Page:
Reloading ammo with smokeless powder is an essential component. But it can also be one of the most confusing. Before you try to reload ammunition, you need to know the basics of gunpowder, including its many characteristics and variables. This guide will cover the basics of reloading, explain why not all powders are the same, and show how powders can be used to make your reloads more successful, depending on your intention. The majority of powder is distributed by three companies when you first start searching for it. Many brands and distributors may be operating under different names. However, powder from the three listed companies will almost always be yours.
Alliant Powder was founded in 1872 by Laflin & Rand. The products were available for rifle, shotgun, handgun, and muzzleloading purposes. Alliant today offers many powders that are versatile and can be used to suit different purposes. Vista Outdoor Inc. is their global parent IMR 8133 company and oversees many brands such as Federal Premium Ammunition Blazer, Bushnell Speer, Bushnell Blazer, and Bushnell Speer.
Hodgdon Powder may be the most successful powder business in the U.S.A. Bruce Hodgdon was the founder and purchased 50,000 lbs of surplus gunpowder in 1945. After World War II, he sold surplus gunpowder to interested gun owners. Hodgdon provides a broad range of smokeless and muzzleloading products. Even the original product, known as H4895, is still available for sale. Based in Kansas, Hodgdon regularly creates innovative and technologically-advanced powders that meet the needs of many different shooters and reloaders.
Western Powders concentrates on powders used for outdoor sports, including big-game hunting. The brand offers excellent products and reloading and shooting accessories as gun care supplies. It was founded in Montana and has been a top powder distributor since 1972.
Ramshot provides a whole range of powders for hunting marksmanship, Accurate and Accurate, and powder brands for muzzleloading such as Blackhorn 209 and Accurate. Consider load density when selecting a powder. Viscosity measures how much air will remain in the cartridge after the powder is poured. There must be enough room for the explosion. Most factory powders will list a density of 80 to 90%.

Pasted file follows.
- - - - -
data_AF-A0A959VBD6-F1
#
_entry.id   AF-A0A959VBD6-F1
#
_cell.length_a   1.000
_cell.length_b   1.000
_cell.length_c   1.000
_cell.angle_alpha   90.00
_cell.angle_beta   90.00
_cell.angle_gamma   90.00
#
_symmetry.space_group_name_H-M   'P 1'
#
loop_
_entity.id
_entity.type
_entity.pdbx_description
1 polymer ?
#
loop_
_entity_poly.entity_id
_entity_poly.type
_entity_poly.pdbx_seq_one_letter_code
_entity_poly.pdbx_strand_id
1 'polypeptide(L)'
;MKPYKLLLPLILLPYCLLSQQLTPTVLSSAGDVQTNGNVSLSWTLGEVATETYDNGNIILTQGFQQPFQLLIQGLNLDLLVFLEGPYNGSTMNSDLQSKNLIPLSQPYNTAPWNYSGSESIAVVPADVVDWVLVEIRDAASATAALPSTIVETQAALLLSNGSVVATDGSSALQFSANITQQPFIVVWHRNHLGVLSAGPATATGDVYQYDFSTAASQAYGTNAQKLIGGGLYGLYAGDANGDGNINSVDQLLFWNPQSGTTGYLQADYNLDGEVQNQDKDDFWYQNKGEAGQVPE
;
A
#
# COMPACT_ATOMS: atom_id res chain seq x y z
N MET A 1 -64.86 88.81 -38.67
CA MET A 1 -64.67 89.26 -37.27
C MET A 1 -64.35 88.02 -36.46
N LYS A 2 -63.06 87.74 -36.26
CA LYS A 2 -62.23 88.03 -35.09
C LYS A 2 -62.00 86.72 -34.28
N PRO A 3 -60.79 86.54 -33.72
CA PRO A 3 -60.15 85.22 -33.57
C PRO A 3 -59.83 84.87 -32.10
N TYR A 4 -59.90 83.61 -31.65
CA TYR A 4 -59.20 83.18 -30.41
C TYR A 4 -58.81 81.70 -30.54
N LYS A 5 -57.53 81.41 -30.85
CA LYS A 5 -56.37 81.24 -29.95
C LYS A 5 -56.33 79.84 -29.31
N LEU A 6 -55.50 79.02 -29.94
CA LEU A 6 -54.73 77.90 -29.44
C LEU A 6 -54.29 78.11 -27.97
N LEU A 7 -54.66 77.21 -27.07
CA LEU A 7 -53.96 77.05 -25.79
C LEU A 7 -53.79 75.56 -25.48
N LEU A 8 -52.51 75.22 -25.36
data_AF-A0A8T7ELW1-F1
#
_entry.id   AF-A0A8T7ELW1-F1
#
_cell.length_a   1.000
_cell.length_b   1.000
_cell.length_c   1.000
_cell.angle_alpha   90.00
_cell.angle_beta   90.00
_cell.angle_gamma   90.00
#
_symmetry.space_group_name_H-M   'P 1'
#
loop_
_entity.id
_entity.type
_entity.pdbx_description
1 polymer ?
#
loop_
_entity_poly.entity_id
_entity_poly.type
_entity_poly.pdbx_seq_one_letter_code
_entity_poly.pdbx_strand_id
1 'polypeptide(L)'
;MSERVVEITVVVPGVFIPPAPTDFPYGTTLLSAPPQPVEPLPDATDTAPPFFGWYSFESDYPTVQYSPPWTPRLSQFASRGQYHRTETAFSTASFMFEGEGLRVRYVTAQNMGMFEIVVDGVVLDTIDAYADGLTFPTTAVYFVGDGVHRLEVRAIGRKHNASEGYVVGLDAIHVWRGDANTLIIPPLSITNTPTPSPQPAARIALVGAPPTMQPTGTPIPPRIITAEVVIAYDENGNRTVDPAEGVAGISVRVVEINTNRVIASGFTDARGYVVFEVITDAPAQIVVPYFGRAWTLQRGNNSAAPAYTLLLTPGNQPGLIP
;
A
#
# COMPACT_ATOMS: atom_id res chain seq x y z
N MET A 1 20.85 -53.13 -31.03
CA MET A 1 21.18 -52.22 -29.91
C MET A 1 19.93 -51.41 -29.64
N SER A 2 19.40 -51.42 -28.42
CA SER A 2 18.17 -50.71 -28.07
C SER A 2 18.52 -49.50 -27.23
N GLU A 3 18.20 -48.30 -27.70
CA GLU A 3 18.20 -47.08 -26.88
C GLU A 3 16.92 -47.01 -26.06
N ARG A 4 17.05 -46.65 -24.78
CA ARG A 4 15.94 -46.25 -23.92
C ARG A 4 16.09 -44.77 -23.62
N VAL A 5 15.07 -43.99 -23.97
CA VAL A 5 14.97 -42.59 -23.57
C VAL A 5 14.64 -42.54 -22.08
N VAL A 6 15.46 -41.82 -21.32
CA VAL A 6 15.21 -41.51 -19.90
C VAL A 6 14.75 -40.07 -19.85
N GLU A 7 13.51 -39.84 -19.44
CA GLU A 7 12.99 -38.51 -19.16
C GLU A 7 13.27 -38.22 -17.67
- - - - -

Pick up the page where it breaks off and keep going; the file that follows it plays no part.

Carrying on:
It is not recommended to exceed 95% load densities when reloading. Primers require space to flame through powder, allowing for consistent pressure and bullet velocity. It is also advised that density not exceed 80%. Low load density causes peak pressure to move towards the muzzle, and acceleration will drop. The powder can shift in the cartridge due to low load density, resulting in inconsistent pressures.
Gunpowder density will affect how much powder you should use to make a load. It is an essential characteristic of gunpowder. It would help if you considered it whenever you are reloading ammunition. The shape and density of the powder will have a significant impact on the performance. The properties of reloading powder can substantially affect how the cartridge performs. Many other variables, some more specific, affect how the cartridge will perform. However, the three most important variables that will vary from product to product are shape, density, & burn rate. This knowledge will provide the foundation for basic powder knowledge.